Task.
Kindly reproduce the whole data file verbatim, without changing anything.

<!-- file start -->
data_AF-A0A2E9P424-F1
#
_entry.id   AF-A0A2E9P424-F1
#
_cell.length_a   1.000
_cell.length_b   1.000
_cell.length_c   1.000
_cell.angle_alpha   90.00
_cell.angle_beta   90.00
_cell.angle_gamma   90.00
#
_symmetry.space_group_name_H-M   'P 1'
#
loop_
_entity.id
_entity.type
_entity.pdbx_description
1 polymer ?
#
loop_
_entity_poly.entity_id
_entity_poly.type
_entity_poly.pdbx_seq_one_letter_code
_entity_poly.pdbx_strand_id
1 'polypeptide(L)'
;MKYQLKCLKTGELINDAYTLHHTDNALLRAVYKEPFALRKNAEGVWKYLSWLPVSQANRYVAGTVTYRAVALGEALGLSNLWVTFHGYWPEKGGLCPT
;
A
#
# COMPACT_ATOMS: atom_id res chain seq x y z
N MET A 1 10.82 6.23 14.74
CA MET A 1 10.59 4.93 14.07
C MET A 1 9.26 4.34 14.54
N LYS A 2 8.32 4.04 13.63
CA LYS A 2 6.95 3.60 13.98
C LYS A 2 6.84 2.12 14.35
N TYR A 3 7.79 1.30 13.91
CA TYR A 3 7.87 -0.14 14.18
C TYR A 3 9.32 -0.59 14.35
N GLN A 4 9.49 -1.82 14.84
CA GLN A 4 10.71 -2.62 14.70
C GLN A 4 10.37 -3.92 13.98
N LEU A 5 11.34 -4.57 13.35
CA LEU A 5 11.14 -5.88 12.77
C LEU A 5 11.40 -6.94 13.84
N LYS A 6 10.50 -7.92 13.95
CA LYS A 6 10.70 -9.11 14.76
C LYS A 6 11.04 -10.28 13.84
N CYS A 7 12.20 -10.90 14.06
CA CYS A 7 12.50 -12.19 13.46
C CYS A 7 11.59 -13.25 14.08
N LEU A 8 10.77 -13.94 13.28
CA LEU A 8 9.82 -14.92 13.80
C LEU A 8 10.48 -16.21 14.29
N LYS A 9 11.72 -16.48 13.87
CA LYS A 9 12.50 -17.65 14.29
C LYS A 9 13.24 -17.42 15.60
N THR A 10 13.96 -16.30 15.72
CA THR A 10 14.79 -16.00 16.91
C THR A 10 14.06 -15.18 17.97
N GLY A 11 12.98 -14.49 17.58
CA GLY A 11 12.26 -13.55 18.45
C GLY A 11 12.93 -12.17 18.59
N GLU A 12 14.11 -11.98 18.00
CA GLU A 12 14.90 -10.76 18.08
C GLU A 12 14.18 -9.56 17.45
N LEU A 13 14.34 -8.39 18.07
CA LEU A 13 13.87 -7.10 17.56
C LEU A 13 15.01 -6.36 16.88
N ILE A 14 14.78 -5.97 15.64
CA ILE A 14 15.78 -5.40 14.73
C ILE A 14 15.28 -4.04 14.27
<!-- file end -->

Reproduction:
data_AF-A0A2E9P424-F1
#
_entry.id   AF-A0A2E9P424-F1
#
_cell.length_a   1.000
_cell.length_b   1.000
_cell.length_c   1.000
_cell.angle_alpha   90.00
_cell.angle_beta   90.00
_cell.angle_gamma   90.00
#
_symmetry.space_group_name_H-M   'P 1'
#
loop_
_entity.id
_entity.type
_entity.pdbx_description
1 polymer ?
#
loop_
_entity_poly.entity_id
_entity_poly.type
_entity_poly.pdbx_seq_one_letter_code
_entity_poly.pdbx_strand_id
1 'polypeptide(L)'
;MKYQLKCLKTGELINDAYTLHHTDNALLRAVYKEPFALRKNAEGVWKYLSWLPVSQANRYVAGTVTYRAVALGEALGLSNLWVTFHGYWPEKGGLCPT
;
A
#
# COMPACT_ATOMS: atom_id res chain seq x y z
N MET A 1 10.82 6.23 14.74
CA MET A 1 10.59 4.93 14.07
C MET A 1 9.26 4.34 14.54
N LYS A 2 8.32 4.04 13.63
CA LYS A 2 6.95 3.60 13.98
C LYS A 2 6.84 2.12 14.35
N TYR A 3 7.79 1.30 13.91
CA TYR A 3 7.87 -0.14 14.18
C TYR A 3 9.32 -0.59 14.35
N GLN A 4 9.49 -1.82 14.84
CA GLN A 4 10.71 -2.62 14.70
C GLN A 4 10.37 -3.92 13.98
N LEU A 5 11.34 -4.57 13.35
CA LEU A 5 11.14 -5.88 12.77
C LEU A 5 11.40 -6.94 13.84
N LYS A 6 10.50 -7.92 13.95
CA LYS A 6 10.70 -9.11 14.76
C LYS A 6 11.04 -10.28 13.84
N CYS A 7 12.20 -10.90 14.06
CA CYS A 7 12.50 -12.19 13.46
C CYS A 7 11.59 -13.25 14.08
N LEU A 8 10.77 -13.94 13.28
CA LEU A 8 9.82 -14.92 13.80
C LEU A 8 10.48 -16.21 14.29
N LYS A 9 11.72 -16.48 13.87
CA LYS A 9 12.50 -17.65 14.29
C LYS A 9 13.24 -17.42 15.60
N THR A 10 13.96 -16.30 15.72
CA THR A 10 14.79 -16.00 16.91
C THR A 10 14.06 -15.18 17.97
N GLY A 11 12.98 -14.49 17.58
CA GLY A 11 12.26 -13.55 18.45
C GLY A 11 12.93 -12.17 18.59
N GLU A 12 14.11 -11.98 18.00
CA GLU A 12 14.90 -10.76 18.08
C GLU A 12 14.18 -9.56 17.45
N LEU A 13 14.34 -8.39 18.07
CA LEU A 13 13.87 -7.10 17.56
C LEU A 13 15.01 -6.36 16.88
N ILE A 14 14.78 -5.97 15.64
CA ILE A 14 15.78 -5.40 14.73
C ILE A 14 15.28 -4.04 14.27